Mathematica Application Projects

This section describes the way that a Mathematica application can be used in a Workbench project.

Typically, each application should live in one Workbench project. The recommended layout for a project that contains an application is shown below.


In this example the project contains an application, ComputeTools, a folder for tests, and a notebook ComputeTools.nb that can be used to execute code in the application.

This is a description and explanation of some of the contents.

Project Name

In this example the project is called ComputeToolsProject. The project name is only used in the Workbench, it is not used inside the application, and it is not used when the application is deployed to Mathematica.

The name should probably be something that describes what the project contains. The Workbench project wizards often create a project with the same name as the application. In this example it is given a different name to help to distinguish it from the application.

Application Name

In this example the application is called ComputeTools. This is the name given to the top-level folder that contains the application; it is also the name given to the main package file ComputeTools.m. The name of the application is important; it should match the name of the folder and the context for the application.

Application Contents

Typically, the folder that contains the application, here called ComputeTools, is located at the top of the project. Many features of the Workbench, such as launching or project export, look for it here. However, it is possible to place the application folder elsewhere, for example, nested more deeply in some other folder. To do this a setting for the Source in the Mathematica project paths is needed. This will then be used by the Workbench to locate the source for the application.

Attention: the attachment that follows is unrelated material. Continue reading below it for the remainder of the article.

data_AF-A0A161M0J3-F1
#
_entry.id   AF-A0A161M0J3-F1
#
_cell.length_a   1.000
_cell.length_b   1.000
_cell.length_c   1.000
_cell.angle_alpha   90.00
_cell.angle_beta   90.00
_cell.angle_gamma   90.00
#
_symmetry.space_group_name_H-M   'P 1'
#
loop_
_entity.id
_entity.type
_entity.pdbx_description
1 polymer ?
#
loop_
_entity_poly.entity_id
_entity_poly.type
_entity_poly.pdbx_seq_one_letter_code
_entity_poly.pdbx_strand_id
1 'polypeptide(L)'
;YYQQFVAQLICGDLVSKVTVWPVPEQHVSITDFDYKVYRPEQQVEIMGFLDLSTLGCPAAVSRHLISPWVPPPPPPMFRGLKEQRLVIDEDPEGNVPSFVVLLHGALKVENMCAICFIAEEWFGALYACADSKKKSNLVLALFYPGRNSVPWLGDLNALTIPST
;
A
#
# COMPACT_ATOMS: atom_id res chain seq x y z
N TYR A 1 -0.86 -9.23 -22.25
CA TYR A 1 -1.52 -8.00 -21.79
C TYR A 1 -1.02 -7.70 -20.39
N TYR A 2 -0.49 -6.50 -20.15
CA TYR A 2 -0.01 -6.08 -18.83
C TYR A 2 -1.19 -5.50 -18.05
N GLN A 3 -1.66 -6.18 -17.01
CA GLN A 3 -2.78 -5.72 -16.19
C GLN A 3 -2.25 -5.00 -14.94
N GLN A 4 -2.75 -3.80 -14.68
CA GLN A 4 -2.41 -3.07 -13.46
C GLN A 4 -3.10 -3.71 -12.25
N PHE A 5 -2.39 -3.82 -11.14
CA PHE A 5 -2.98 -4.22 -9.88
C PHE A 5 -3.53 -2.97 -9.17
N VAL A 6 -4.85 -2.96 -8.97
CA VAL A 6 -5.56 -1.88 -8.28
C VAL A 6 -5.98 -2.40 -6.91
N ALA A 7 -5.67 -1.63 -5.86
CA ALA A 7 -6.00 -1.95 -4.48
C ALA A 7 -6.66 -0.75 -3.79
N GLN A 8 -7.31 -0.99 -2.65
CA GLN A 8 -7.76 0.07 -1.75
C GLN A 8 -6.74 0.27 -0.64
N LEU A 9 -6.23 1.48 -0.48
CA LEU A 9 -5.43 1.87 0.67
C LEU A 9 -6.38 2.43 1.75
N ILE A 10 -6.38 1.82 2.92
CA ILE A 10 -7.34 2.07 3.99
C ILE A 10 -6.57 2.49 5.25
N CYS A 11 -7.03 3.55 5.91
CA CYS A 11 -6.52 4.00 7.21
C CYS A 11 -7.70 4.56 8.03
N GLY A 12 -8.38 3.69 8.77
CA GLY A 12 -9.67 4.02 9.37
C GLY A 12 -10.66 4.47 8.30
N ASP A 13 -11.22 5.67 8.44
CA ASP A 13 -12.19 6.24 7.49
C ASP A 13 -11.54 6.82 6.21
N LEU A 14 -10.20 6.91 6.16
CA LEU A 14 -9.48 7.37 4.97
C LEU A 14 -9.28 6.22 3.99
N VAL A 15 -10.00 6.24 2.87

The other resources that the application provides, such as stylesheets or J/Link classes, also have to be specified with the Mathematica project paths system.

Application Context

In this example, the application context is ComputeTools`. It appears in the main package, ComputeTools.m, as shown in the following.

The context should match the name of the package file and the name of the application folder. The application context is used by Mathematica to load the application, for example, with a command such as Needs.

Multiple Packages

In this example there is only one package, the main application package, called ComputeTools. If you want to have more than one package in your application, this is quite possible. You simply place the extra packages in the application folder.

In this example two more packages, ExtraTools.m and Utilities.m, have been added. These have package contexts, ComputeTools`ExtraTools` and ComputeTools`Utilities`, respectively. A sample of ExtraTools.m is shown below.

Multiple Applications and Project References

If you want to develop several applications which refer to each other, you can do this using project references. Suppose that you have two applications, App1 and App2. Furthermore, App1 needs functions from App2, for example, it contains the declaration BeginPackage["App1", "App2"].

In this case you could set up two projects in the Workbench, one for each application. Then you could set a reference from App1 to App2. You can do this by right-clicking on the project and choosing Project References. You can then select App2 as shown below.


When you run or debug the project for App1 the Workbench will add the source for App2 so that this gets used as well.